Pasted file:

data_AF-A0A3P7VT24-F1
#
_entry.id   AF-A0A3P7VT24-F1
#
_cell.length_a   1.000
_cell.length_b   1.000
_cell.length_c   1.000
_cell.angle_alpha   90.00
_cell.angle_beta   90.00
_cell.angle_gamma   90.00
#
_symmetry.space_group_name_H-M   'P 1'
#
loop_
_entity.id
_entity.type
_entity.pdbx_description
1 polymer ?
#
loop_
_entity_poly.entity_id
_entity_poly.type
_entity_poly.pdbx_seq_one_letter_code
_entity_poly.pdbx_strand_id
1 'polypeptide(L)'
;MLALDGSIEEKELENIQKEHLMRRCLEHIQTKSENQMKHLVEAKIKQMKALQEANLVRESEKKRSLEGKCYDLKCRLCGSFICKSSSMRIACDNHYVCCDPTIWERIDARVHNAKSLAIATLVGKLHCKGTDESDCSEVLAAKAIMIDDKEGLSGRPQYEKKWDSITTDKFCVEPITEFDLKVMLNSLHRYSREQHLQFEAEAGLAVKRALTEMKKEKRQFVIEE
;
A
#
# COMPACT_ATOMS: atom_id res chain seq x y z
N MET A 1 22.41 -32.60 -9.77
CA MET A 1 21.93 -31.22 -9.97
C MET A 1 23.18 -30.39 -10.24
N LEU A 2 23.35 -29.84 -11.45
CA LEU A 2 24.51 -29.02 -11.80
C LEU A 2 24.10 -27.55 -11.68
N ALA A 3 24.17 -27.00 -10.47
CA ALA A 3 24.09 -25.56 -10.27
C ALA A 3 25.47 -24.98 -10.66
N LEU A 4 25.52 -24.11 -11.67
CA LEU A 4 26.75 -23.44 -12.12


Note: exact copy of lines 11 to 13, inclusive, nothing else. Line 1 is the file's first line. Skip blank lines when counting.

#
_symmetry.space_group_name_H-M   'P 1'
#